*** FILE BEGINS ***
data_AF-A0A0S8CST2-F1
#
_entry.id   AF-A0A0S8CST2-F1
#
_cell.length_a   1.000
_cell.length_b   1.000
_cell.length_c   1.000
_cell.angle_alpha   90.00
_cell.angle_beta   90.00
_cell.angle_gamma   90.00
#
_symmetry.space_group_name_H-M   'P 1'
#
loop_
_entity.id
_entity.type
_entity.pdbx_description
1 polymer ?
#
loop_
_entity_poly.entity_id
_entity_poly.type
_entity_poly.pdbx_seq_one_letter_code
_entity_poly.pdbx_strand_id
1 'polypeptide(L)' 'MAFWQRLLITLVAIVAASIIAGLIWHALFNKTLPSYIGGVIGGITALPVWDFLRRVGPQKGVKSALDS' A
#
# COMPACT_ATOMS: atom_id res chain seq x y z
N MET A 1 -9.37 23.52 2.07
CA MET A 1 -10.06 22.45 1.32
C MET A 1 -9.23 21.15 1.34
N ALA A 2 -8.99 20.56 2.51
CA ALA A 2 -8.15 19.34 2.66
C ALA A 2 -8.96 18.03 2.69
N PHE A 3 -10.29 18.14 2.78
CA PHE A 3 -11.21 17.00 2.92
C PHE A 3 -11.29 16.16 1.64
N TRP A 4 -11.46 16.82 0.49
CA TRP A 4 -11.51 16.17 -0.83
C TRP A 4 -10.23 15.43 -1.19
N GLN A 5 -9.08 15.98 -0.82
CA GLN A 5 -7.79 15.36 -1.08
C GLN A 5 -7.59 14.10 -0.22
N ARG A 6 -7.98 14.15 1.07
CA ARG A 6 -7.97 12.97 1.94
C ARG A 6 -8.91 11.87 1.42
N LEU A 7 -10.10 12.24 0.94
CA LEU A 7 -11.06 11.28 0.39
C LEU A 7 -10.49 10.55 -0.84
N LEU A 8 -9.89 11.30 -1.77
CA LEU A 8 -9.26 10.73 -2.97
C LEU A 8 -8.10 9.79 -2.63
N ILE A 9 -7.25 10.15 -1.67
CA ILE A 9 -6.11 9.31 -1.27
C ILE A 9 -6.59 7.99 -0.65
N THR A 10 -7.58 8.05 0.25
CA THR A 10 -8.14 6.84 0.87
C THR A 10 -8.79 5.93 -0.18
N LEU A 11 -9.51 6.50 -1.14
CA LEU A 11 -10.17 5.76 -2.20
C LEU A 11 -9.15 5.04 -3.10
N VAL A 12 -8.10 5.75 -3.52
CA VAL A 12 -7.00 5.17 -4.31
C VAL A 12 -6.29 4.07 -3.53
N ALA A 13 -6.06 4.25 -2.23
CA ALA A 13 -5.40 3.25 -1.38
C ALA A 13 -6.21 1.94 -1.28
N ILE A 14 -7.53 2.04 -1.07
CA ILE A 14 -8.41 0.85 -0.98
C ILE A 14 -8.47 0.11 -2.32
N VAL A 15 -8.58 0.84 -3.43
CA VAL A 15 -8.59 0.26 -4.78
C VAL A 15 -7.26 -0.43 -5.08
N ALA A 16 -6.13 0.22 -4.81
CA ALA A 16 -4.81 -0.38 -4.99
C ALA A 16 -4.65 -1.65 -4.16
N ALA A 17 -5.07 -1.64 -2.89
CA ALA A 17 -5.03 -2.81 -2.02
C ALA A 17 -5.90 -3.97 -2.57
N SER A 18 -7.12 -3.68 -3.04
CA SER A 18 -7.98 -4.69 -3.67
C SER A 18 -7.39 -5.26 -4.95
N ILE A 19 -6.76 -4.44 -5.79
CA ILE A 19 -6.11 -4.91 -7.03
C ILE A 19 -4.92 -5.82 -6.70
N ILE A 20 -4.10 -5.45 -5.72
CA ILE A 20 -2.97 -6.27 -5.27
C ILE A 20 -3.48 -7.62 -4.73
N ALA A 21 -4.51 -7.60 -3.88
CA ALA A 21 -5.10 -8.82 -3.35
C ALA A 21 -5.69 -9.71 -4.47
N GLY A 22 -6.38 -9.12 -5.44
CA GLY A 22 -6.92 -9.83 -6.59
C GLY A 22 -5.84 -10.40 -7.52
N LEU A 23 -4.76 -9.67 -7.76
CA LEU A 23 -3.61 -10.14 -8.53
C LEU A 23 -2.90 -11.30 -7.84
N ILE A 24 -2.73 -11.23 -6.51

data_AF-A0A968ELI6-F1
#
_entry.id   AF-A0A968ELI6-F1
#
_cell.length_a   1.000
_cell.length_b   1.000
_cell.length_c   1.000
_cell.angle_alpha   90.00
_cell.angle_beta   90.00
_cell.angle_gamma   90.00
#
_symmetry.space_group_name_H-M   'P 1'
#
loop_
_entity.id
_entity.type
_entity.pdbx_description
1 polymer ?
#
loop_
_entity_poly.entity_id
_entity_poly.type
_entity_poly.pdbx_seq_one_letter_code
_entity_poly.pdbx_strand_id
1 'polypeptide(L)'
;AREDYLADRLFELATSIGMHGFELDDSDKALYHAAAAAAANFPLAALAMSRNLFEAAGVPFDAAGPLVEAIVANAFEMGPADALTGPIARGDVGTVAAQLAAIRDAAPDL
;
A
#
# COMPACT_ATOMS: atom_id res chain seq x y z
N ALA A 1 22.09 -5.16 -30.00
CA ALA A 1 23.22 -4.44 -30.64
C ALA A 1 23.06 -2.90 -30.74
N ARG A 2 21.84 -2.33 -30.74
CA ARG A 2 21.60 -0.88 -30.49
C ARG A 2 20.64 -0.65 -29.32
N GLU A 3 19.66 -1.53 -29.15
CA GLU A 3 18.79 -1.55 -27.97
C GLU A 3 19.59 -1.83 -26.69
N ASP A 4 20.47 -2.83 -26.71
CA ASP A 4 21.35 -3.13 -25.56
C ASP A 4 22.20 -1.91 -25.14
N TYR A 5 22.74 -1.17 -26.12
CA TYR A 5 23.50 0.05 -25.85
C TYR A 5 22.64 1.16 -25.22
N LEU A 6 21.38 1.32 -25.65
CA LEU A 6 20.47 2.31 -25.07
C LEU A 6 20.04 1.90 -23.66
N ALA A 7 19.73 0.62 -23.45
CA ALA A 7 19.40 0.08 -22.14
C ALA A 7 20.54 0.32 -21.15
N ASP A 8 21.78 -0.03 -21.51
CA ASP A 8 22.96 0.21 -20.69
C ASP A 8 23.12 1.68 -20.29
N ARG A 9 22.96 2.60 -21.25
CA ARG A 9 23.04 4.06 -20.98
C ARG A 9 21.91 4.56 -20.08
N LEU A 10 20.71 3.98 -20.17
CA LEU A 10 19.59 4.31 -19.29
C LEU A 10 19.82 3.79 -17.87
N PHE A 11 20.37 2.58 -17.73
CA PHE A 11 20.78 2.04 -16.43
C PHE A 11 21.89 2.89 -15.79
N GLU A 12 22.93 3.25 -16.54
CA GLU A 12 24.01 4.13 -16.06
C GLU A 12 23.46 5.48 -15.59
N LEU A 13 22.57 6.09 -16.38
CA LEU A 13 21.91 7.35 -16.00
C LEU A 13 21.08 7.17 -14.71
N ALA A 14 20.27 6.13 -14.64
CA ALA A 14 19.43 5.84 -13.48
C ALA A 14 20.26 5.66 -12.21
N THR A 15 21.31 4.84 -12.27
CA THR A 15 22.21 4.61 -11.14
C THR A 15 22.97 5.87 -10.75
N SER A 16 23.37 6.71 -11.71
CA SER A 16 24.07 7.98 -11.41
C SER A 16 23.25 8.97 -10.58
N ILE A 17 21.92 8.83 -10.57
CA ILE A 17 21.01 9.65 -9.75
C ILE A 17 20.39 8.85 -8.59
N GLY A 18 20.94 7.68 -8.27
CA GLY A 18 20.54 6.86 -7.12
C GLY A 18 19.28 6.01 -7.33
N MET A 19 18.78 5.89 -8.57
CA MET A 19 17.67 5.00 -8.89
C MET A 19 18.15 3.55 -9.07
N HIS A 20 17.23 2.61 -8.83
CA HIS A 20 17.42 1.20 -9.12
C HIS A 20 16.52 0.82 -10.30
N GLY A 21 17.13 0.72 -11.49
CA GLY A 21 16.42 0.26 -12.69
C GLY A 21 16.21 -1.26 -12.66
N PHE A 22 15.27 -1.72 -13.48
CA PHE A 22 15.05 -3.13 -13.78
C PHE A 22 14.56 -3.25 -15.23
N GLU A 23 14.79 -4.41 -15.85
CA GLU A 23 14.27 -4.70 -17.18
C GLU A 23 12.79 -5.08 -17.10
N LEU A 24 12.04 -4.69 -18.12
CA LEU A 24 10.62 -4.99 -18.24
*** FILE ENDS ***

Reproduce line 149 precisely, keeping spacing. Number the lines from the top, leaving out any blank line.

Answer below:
N ASP A 8 21.78 -0.03 -21.51